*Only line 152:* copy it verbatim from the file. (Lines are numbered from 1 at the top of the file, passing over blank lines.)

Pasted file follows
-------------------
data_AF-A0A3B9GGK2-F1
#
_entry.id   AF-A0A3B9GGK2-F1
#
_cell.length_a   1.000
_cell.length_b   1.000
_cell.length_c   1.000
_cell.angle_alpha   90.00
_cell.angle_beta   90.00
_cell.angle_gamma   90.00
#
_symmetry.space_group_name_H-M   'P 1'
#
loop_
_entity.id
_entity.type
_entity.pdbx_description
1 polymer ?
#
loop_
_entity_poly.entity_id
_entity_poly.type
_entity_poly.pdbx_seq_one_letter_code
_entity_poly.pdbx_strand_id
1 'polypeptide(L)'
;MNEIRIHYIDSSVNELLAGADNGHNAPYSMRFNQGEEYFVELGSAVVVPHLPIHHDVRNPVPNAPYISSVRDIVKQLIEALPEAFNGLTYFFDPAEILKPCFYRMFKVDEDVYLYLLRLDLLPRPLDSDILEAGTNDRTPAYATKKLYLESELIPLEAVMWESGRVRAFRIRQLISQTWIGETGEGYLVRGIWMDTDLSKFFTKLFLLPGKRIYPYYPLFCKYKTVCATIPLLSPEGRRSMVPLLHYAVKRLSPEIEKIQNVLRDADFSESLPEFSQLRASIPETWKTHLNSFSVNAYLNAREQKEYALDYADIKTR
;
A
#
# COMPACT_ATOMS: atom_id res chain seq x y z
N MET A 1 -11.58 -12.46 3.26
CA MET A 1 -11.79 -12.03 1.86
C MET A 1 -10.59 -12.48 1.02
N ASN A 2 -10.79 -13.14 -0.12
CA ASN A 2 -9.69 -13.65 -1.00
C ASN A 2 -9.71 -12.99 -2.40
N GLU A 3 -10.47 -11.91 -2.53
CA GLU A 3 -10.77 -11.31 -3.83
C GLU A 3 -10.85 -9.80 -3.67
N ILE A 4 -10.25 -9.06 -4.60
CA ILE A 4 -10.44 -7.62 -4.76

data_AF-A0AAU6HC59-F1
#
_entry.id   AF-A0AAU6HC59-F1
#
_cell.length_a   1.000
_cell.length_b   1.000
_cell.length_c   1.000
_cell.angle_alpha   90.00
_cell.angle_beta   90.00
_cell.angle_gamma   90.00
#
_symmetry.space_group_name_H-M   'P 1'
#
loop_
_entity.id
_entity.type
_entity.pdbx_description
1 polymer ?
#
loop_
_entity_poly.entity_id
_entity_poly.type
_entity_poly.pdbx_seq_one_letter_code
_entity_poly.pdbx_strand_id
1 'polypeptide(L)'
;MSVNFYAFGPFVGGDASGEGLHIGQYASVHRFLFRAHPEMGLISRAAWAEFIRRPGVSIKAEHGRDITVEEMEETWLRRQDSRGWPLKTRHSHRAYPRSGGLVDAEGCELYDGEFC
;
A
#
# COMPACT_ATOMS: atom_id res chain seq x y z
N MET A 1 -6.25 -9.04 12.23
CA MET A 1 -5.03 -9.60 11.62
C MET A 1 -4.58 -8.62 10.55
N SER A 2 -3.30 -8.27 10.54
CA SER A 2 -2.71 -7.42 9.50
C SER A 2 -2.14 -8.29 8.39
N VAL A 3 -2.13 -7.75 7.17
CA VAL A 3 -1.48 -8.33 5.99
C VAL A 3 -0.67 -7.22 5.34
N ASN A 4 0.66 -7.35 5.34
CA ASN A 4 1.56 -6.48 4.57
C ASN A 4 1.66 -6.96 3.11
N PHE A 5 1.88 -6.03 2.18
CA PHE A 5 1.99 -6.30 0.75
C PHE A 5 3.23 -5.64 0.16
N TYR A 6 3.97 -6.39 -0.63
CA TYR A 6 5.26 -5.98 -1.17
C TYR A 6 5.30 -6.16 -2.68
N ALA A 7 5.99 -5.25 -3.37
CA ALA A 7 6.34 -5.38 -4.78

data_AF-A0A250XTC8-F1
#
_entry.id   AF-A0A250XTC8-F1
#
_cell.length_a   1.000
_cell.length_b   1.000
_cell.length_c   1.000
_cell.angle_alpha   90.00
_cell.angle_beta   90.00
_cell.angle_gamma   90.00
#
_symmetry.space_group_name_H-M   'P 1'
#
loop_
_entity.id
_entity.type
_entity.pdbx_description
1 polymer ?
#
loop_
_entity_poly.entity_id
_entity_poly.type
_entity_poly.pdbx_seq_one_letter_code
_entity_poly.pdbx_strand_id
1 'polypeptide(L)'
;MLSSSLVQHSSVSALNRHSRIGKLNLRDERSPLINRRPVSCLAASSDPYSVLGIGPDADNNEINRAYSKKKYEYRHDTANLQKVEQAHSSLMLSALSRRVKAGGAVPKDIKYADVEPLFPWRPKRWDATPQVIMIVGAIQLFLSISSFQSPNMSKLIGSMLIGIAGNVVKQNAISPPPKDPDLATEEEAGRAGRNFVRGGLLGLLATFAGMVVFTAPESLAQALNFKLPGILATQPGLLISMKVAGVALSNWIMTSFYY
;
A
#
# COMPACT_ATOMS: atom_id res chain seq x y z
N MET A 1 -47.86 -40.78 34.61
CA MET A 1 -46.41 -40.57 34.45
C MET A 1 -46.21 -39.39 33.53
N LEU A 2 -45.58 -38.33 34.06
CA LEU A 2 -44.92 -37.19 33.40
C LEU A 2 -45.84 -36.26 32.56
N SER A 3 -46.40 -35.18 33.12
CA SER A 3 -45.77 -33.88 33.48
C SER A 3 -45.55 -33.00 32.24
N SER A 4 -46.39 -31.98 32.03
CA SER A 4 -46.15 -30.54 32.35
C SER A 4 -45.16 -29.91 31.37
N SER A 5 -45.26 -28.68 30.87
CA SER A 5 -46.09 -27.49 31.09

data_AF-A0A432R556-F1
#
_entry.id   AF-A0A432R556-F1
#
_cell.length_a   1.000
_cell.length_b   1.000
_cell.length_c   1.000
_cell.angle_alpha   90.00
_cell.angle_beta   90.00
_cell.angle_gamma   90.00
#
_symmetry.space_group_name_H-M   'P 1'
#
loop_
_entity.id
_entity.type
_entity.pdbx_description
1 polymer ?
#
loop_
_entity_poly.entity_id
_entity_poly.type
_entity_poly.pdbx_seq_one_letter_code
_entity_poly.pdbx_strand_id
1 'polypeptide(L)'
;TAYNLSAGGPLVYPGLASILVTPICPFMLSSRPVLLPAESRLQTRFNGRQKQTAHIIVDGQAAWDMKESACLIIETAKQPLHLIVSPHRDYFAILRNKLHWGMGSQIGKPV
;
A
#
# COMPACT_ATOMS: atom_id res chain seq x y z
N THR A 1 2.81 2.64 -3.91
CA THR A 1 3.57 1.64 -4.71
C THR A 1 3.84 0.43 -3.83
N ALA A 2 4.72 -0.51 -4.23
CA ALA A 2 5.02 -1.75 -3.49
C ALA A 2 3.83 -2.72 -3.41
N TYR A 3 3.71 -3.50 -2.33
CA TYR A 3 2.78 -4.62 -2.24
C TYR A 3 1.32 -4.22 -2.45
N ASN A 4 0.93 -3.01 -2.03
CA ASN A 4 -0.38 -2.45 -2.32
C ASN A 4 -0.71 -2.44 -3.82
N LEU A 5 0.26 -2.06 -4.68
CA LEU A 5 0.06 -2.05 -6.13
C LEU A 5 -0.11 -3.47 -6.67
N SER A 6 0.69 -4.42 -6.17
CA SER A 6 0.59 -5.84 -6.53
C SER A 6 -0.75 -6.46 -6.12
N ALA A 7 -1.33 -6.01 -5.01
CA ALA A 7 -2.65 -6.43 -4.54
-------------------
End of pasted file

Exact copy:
_entity.pdbx_description